Dinosaurs Showing their True Colors?

Dinosaur models, movies, animatronics, and so on have been pretty much up to the imagination. Since they were "terrible lizards", we pretty much got lizard looks with greens and grays. But how does anyone know? With developments in science and technology, we seem to be getting a mite closer.

Exceptionally well-preserved dinosaur remnants have been used to detect the critter's colors. This is possible because the materials used could not have lasted 120 million years. Sorry, Darwin.
Modified stamps of dinosaurs from my collection, issued by the Commonwealth of Dominica
A certain well-preserved dinosaur had enough pigments, proteins, and skin that gave scientists something to work with, and they have a pretty good idea how that bad boy was colored. Fortunately, their assigned age has to be wrong, else their source material would have been long destroyed. Interesting that they didn't try to date the proteins, though. Probably because they know it would show that Earth isn't as old as Darwinistas want, it was created much more recently.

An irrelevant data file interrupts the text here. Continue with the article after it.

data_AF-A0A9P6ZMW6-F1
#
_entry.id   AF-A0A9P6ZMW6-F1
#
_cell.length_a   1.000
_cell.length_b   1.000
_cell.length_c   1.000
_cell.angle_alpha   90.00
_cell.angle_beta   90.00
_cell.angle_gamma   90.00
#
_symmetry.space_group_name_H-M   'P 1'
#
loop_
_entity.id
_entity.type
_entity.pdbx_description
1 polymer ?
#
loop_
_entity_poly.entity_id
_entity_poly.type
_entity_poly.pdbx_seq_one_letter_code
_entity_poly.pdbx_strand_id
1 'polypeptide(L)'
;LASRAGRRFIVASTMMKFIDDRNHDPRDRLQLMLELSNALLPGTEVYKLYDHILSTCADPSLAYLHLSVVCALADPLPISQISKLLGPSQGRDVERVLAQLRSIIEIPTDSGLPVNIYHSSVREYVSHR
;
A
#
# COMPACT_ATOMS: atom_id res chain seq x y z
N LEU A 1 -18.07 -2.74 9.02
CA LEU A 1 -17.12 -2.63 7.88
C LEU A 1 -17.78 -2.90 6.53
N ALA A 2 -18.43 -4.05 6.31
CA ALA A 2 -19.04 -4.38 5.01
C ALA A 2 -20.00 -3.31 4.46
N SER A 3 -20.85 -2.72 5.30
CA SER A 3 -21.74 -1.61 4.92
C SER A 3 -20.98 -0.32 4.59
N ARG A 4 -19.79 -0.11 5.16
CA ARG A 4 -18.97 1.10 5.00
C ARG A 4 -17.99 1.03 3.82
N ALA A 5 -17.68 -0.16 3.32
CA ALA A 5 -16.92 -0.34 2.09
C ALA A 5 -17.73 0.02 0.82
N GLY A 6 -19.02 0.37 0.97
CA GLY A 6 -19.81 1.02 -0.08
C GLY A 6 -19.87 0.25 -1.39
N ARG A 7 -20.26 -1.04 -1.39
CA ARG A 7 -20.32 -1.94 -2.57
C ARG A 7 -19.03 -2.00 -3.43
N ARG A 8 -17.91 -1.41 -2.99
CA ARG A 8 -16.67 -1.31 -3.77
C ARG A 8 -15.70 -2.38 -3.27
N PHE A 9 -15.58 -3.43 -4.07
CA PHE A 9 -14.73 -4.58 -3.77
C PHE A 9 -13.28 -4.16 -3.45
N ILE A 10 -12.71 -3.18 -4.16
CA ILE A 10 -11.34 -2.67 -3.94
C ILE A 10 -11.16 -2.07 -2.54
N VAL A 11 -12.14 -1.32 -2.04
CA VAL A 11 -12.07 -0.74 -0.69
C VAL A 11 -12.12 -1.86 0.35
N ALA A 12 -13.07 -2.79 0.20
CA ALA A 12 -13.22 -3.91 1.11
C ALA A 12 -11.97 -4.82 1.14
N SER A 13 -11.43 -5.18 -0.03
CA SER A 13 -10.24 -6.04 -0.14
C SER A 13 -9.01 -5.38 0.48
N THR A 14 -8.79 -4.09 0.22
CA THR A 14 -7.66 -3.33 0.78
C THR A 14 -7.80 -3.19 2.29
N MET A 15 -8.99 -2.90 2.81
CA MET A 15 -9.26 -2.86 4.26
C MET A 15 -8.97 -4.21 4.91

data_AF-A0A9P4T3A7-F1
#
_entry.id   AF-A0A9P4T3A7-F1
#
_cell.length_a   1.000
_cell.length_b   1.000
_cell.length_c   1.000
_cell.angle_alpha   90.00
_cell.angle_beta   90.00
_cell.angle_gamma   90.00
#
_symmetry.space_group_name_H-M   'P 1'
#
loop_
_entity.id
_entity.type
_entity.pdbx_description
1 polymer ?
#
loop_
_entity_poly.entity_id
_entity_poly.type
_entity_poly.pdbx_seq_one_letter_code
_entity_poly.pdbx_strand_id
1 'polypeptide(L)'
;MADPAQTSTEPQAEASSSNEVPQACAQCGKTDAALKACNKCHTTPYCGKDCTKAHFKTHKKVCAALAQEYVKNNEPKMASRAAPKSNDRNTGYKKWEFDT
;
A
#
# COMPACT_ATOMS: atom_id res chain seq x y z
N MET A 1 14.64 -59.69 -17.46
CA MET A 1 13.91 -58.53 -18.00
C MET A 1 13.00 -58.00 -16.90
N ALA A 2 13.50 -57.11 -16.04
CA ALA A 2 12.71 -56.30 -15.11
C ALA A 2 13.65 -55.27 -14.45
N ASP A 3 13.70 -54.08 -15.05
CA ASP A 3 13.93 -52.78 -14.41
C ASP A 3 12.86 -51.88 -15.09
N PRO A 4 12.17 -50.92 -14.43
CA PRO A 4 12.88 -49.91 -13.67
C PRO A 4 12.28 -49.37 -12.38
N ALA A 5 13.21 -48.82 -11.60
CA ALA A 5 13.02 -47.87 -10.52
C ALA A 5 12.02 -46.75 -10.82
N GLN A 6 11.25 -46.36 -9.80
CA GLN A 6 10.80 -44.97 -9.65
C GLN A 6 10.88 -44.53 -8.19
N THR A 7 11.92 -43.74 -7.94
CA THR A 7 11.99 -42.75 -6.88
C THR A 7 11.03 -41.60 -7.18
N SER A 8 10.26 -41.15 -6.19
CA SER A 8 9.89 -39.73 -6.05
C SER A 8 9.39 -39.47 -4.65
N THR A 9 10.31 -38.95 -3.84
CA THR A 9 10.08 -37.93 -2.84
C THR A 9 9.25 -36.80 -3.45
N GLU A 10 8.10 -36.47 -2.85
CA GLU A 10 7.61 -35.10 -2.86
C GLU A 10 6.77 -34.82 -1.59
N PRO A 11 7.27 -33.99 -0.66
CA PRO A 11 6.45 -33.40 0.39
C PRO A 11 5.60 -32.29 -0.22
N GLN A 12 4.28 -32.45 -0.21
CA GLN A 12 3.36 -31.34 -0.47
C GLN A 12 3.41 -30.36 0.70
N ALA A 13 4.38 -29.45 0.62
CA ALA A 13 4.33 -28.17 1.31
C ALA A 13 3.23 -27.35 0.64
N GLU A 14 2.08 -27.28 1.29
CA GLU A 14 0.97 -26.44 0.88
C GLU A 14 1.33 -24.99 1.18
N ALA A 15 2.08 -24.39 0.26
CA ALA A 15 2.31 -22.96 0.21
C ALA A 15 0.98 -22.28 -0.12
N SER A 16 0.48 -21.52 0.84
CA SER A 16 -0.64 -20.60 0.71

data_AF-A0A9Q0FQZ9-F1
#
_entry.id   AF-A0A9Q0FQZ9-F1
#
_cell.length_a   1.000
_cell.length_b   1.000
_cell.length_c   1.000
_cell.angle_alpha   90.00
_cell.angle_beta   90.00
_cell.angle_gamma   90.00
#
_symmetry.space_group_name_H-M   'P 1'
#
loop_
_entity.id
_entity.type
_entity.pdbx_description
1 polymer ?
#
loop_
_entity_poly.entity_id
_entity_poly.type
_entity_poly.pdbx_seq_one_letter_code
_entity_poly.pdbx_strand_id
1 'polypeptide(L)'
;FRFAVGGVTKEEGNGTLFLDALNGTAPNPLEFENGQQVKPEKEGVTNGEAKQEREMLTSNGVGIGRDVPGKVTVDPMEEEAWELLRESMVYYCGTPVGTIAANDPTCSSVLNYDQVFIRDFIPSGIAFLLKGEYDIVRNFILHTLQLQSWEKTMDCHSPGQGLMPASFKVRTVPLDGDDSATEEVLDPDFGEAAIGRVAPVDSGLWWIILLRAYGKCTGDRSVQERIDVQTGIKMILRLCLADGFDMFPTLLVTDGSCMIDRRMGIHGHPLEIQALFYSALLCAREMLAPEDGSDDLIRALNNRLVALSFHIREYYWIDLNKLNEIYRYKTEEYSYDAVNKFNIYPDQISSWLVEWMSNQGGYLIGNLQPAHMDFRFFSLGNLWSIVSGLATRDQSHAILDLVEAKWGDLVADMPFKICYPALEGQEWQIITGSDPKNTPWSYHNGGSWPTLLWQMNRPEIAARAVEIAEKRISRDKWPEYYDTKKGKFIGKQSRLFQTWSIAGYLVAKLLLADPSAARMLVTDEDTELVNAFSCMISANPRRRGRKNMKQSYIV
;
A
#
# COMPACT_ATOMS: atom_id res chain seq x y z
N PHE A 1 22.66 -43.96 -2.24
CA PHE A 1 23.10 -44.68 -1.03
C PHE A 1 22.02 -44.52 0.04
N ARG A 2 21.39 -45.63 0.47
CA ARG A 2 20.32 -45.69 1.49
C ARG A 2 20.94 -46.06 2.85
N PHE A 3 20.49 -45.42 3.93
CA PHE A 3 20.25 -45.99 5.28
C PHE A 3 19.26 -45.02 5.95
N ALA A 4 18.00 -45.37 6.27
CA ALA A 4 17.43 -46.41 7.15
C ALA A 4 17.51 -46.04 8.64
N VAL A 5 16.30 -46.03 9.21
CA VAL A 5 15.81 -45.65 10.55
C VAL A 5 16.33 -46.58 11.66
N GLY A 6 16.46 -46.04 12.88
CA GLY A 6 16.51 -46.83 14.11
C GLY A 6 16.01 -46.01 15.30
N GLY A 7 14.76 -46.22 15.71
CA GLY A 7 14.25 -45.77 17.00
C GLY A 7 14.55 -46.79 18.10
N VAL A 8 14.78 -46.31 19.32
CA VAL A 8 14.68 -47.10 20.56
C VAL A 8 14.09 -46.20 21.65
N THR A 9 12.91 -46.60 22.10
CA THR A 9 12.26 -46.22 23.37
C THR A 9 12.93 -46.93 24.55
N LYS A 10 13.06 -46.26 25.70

Scientists mapped the color shading of a particularly well-preserved Chinese fossil—a Psittacosaurus [sit uh kuh SAWR us]—onto several three-dimensional, lifelike models of the dinosaur. They discovered that the extent of lighter areas on its belly matched that of today's animals that live in shaded areas, like beneath trees, as opposed to open plains. In the process, the researchers confirmed pigment and protein remnants in the fossil skin that should have decayed long ago if they were really millions of years old.

This pristine, small dinosaur fossil came from China's Jehol Biota, fossil beds to which secular geologists attach an age of over 120 million years based on when they believe some of its now-fossilized creatures were alive and evolving. But if that many years actually elapsed since sediments suddenly buried this entire animal, then how could it still contain the short-lived biochemicals that made its skin color darker on its back? How could it still have what appear to be remnants of the proteins that make its reptilian scales still bumpy?
Don't be sore, Dinah. You can read the rest by clicking on "Scales, Colors, Proteins in Dinosaur Skin".